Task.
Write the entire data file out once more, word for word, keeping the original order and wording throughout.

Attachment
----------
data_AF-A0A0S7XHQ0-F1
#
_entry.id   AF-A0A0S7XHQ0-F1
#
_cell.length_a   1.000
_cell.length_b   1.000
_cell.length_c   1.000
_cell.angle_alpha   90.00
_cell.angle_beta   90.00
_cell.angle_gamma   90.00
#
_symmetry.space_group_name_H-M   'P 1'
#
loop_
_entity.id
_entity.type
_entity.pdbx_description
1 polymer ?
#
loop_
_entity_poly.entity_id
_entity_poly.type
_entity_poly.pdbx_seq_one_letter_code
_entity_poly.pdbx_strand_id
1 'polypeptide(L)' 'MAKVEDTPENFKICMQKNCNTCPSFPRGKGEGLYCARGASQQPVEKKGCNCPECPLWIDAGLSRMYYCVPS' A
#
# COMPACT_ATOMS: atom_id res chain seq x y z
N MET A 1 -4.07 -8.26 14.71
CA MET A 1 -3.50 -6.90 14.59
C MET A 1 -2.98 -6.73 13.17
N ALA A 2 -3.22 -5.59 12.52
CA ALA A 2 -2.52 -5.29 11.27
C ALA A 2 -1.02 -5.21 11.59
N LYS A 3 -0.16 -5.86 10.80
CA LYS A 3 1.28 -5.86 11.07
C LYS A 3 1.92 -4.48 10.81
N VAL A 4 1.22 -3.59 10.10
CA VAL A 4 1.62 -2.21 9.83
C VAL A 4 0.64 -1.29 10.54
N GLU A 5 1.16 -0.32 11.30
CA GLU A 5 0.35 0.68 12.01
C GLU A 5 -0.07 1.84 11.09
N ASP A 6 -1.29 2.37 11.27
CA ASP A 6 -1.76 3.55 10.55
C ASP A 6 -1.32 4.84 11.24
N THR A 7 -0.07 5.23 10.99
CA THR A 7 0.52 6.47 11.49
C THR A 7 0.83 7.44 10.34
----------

data_AF-A0A0S7XHQ0-F1
#
_entry.id   AF-A0A0S7XHQ0-F1
#
_cell.length_a   1.000
_cell.length_b   1.000
_cell.length_c   1.000
_cell.angle_alpha   90.00
_cell.angle_beta   90.00
_cell.angle_gamma   90.00
#
_symmetry.space_group_name_H-M   'P 1'
#
loop_
_entity.id
_entity.type
_entity.pdbx_description
1 polymer ?
#
loop_
_entity_poly.entity_id
_entity_poly.type
_entity_poly.pdbx_seq_one_letter_code
_entity_poly.pdbx_strand_id
1 'polypeptide(L)' 'MAKVEDTPENFKICMQKNCNTCPSFPRGKGEGLYCARGASQQPVEKKGCNCPECPLWIDAGLSRMYYCVPS' A
#
# COMPACT_ATOMS: atom_id res chain seq x y z
N MET A 1 -4.07 -8.26 14.71
CA MET A 1 -3.50 -6.90 14.59
C MET A 1 -2.98 -6.73 13.17
N ALA A 2 -3.22 -5.59 12.52
CA ALA A 2 -2.52 -5.29 11.27
C ALA A 2 -1.02 -5.21 11.59
N LYS A 3 -0.16 -5.86 10.80
CA LYS A 3 1.28 -5.86 11.07
C LYS A 3 1.92 -4.48 10.81
N VAL A 4 1.22 -3.59 10.10
CA VAL A 4 1.62 -2.21 9.83
C VAL A 4 0.64 -1.29 10.54
N GLU A 5 1.16 -0.32 11.30
CA GLU A 5 0.35 0.68 12.01
C GLU A 5 -0.07 1.84 11.09
N ASP A 6 -1.29 2.37 11.27
CA ASP A 6 -1.76 3.55 10.55
C ASP A 6 -1.32 4.84 11.24
N THR A 7 -0.07 5.23 10.99
CA THR A 7 0.52 6.47 11.49
C THR A 7 0.83 7.44 10.34